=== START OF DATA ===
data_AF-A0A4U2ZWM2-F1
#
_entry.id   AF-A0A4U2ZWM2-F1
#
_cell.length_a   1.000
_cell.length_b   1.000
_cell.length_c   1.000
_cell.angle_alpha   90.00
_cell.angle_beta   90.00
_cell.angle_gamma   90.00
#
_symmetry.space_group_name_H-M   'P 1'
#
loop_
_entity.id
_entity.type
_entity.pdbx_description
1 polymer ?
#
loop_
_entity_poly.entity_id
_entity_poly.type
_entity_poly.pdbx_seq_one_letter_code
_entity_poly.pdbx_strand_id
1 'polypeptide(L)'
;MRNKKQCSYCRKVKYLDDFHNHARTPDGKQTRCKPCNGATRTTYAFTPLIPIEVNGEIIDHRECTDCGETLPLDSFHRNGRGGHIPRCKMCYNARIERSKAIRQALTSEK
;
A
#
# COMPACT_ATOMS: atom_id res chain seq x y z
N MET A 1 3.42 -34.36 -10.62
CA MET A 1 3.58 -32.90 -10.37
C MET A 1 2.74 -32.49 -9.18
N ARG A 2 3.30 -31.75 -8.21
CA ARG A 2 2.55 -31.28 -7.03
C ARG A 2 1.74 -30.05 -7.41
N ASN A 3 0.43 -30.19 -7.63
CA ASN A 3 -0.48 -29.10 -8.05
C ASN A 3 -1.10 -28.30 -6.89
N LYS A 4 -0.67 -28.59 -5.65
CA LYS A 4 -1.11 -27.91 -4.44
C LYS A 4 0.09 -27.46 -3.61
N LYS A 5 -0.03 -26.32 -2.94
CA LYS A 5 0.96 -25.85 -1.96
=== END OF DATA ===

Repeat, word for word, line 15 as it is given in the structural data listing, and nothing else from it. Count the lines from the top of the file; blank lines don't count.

_entity.id